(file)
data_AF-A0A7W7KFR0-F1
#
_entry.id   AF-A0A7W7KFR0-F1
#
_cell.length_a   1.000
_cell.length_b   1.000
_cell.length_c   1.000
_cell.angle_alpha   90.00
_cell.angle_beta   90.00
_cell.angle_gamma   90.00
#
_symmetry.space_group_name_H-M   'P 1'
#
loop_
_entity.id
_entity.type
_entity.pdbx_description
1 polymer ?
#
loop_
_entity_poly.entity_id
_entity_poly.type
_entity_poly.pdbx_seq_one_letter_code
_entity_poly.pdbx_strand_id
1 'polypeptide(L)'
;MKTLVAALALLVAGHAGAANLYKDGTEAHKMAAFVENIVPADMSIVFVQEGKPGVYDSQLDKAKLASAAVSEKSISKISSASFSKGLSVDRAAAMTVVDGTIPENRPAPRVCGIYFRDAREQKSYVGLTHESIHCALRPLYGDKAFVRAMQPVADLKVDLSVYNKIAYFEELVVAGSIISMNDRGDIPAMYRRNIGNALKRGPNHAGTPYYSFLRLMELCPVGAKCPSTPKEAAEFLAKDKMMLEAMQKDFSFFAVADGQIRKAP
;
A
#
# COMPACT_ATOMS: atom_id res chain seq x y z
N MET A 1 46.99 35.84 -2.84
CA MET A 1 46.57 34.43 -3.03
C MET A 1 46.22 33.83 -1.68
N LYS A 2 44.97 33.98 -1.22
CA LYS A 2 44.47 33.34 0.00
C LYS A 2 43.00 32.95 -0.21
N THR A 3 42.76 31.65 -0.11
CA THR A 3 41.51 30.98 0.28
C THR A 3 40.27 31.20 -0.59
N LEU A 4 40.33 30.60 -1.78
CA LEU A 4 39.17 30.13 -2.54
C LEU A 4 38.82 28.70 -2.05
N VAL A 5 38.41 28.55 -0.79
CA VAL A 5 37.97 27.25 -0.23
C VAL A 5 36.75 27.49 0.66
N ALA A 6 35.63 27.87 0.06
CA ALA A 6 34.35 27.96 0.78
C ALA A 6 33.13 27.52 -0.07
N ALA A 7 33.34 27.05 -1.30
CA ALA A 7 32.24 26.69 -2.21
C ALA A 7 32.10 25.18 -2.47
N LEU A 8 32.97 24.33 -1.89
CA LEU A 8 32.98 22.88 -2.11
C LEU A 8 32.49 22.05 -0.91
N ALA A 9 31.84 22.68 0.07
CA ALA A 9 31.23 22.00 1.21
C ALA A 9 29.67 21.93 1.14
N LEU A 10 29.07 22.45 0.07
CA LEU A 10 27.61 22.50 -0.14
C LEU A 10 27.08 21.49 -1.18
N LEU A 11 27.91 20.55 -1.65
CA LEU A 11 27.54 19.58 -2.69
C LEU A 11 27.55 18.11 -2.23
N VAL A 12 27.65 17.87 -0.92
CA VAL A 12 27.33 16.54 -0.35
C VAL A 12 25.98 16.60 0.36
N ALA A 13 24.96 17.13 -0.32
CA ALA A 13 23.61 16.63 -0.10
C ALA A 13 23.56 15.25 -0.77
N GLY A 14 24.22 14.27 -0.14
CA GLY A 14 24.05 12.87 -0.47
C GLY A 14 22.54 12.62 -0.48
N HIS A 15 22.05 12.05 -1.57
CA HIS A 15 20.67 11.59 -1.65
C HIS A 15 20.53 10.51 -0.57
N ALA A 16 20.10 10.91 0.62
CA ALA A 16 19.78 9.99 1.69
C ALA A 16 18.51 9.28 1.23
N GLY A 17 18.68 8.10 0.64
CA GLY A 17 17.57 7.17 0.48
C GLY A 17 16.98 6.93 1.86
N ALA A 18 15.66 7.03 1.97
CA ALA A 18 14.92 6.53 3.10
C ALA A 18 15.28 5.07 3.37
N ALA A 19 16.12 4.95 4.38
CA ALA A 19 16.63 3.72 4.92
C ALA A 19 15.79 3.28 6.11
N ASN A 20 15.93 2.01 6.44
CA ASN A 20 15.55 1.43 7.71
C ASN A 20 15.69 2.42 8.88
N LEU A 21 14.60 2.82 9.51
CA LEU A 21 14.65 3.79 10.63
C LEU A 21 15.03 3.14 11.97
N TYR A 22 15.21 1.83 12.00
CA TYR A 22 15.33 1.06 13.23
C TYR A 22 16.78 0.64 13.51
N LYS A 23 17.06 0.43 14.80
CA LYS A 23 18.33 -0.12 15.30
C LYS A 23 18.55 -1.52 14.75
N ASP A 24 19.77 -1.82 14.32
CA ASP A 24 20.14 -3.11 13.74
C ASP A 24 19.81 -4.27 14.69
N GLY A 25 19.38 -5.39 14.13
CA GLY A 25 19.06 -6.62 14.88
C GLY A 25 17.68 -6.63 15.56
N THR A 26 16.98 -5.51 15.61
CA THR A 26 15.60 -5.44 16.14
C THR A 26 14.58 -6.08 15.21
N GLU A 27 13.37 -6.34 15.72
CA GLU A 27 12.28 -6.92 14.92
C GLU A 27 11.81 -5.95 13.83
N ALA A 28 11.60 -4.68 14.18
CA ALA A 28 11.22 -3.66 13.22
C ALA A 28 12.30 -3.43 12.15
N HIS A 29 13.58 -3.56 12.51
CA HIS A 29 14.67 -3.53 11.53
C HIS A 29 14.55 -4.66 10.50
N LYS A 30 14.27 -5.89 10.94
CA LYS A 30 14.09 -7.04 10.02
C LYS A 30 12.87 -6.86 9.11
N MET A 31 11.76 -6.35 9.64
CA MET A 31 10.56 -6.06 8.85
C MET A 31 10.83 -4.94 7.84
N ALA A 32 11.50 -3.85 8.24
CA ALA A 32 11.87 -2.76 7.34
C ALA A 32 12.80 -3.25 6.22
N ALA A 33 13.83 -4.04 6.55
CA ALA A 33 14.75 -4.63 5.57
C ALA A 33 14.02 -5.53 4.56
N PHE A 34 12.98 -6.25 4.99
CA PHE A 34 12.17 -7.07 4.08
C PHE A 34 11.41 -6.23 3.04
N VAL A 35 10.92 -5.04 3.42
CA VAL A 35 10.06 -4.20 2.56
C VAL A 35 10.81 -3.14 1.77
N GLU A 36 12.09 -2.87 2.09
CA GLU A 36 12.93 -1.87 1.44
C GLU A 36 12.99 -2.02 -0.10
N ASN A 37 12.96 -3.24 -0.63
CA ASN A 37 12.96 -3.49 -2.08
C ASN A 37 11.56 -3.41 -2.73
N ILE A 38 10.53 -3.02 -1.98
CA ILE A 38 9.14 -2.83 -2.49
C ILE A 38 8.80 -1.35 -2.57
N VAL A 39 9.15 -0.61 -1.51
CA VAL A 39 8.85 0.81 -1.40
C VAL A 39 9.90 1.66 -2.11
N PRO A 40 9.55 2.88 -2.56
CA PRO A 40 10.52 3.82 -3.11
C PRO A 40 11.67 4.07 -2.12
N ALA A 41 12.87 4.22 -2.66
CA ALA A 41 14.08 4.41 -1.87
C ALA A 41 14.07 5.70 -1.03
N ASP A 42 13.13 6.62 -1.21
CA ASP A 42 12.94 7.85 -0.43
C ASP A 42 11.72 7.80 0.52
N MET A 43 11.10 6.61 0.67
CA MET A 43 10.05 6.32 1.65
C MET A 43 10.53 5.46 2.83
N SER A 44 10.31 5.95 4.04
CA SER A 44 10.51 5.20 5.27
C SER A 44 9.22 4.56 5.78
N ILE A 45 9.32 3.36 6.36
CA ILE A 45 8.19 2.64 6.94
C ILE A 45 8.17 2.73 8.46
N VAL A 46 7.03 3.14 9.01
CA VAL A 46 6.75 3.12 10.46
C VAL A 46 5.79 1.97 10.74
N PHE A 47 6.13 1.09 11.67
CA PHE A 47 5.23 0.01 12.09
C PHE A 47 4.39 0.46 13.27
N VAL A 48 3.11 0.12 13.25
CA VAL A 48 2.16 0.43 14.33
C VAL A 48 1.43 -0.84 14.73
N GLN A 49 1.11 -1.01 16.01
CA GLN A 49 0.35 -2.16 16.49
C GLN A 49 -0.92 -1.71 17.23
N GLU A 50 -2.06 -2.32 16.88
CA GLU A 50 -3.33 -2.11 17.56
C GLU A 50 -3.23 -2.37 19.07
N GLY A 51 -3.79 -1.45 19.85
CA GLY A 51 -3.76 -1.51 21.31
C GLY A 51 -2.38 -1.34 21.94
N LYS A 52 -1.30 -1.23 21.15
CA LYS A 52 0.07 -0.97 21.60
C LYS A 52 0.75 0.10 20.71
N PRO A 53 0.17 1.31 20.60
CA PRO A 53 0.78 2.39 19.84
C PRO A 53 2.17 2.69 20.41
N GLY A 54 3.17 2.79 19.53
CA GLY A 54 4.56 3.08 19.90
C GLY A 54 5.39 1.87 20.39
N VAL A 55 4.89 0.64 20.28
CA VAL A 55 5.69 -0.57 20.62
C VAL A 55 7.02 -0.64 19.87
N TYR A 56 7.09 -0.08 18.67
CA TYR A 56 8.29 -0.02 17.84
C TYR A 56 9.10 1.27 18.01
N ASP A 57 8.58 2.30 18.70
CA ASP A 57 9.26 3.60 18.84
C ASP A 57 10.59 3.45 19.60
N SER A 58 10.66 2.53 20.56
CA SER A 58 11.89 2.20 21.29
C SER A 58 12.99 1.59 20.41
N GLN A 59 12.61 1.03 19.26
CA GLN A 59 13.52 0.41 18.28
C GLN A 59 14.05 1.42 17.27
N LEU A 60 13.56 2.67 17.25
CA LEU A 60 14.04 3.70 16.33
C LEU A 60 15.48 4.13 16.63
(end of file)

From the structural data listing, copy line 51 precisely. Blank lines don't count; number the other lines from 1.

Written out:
C ALA A 7 32.10 25.18 -2.47